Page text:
Battles and Techsposition: Like a Mighty Army by David Weber

David Weber’s Safehold series, now into its seventh volume, has thus far followed a very consistent pattern: people invent or rediscover new technologies, and use them to kill their enemies in new and inventive ways. I understand the general appeal of paragraphs on paragraphs describing the mechanisms and applications of a breech-loading rifle, and the chapters on chapters that give snapshots of military engagements, a lot more after having discovered the entertaining possibilities of real-time strategy games than I did before—but I remain convinced that the extent of Weber’s technological exposition detracts significantly from his ability to tell a good story.

Mind you, the fact that I’m still reading his novels tells you a lot about the triumph of hope over experience.

Warning: Some Spoilers Ahead!

In Like a Mighty Army, the land war in Siddarmark begun in Midst Toil And Tribulation has entered a new phase. The Charisian Empire’s expeditionary forces, alongside the surviving troops of the Republic of Siddarmark, have brought the Church of God Awaiting’s massive invasion to a halt for the time being. But Mother Church’s manpower resources are deep, and it will take all the Charisian Empire’s technological advances and all of the ingenuity of its commanders—and all of the surveillance capabilities of Merlin Athrawes, cybernetic avatar and last survivor of the centuries-dead Terran Federation—in order to prevent them from losing any further ground, and to prepare the way to take the fight to Church of God Awaiting. Especially since the Church is making up at least some ground on the technological advances front. And holds the high ground in terms of sheer viciousness: the present management of its Inquisition rivals anything in the history books for brutality.

Meanwhile, the emperor and empress of Charis are kept apart by the need to have someone on the ground negotiating a treaty with the Siddarmarkians while the other sees to the business of empire, and Princess Irys Daykyn and Prince Daivyn return to Corisande. In Corisande, Irys is all set to marry the rather heroic relative of the aforesaid emperor and empress, one Hector Aplyn-Ahrmak, until an assassin intervenes in the cathedral.

Spoiler: both members of the wedding party survive.

This brings it home to Merlin that even he cannot be everywhere. So he chooses to create another cybernetic avatar, loaded with a previous instantiation of his personality: the one he had when he first woke up to the world of Safehold, Terran Federation Lieutenant-Commander Nimue Alban.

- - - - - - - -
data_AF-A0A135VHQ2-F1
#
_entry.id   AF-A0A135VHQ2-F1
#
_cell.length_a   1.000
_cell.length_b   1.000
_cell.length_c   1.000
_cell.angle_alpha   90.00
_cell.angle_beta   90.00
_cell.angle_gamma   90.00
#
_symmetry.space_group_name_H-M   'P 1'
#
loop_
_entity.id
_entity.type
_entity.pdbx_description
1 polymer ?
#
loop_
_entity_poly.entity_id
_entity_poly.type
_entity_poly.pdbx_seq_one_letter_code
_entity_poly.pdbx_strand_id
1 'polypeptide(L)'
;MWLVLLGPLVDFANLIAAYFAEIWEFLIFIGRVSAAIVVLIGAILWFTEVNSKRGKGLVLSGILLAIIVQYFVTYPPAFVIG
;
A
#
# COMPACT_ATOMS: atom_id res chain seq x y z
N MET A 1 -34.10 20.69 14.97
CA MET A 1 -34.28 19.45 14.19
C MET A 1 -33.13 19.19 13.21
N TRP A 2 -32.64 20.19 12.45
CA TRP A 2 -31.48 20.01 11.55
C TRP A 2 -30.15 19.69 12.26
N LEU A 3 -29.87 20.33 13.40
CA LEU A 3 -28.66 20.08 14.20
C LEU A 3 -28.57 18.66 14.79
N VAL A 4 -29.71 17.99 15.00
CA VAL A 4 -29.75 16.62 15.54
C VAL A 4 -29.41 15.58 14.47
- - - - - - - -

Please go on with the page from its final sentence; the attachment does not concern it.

Battles, techsposition, and rumination on the nature of divinity combine with occasional sparks of character. It was character that drew me to Weber’s books in the first place, but in a cast of dozens—perhaps hundreds—there is very little of that, proportionally, here. Anyone who’s still reading the Safehold series knows full well what to expect, for Like A Mighty Army follows the established model. The battles are larger in scale and the military technology moving rapidly towards the patterns of the early twentieth century, but anyone who’s looking for a significant change or a move towards a more definitive resolution of the war with the Church should not hope to find satisfaction here.

The pacing and tension remains just as uneven, or perhaps moreso, as its immediate predecessors. Personally, I find it hard to get worked up about individual battles when I have little emotional investment in their individual participants, and battles—and manoeuvring to give battle, and the problems of logistics and supply—take up the vast majority of the pages within this book. If that’s the sort of thing that thrills you, this is definitely a volume for you.

As for me personally, I think I’ve come to the end of my patience with Safehold. In future I’ll stick with Clauswitz On War and Showalter on the wars of Frederick the Great. It’ll be less frustrating than wargames interspersed with flickers of character that never quite develop.


Like a Mighty Army is available February 18th from Tor Books.
Read an excerpt from the novel here on

Liz Bourke is a cranky person who reads books. Her blog. Her Twitter.


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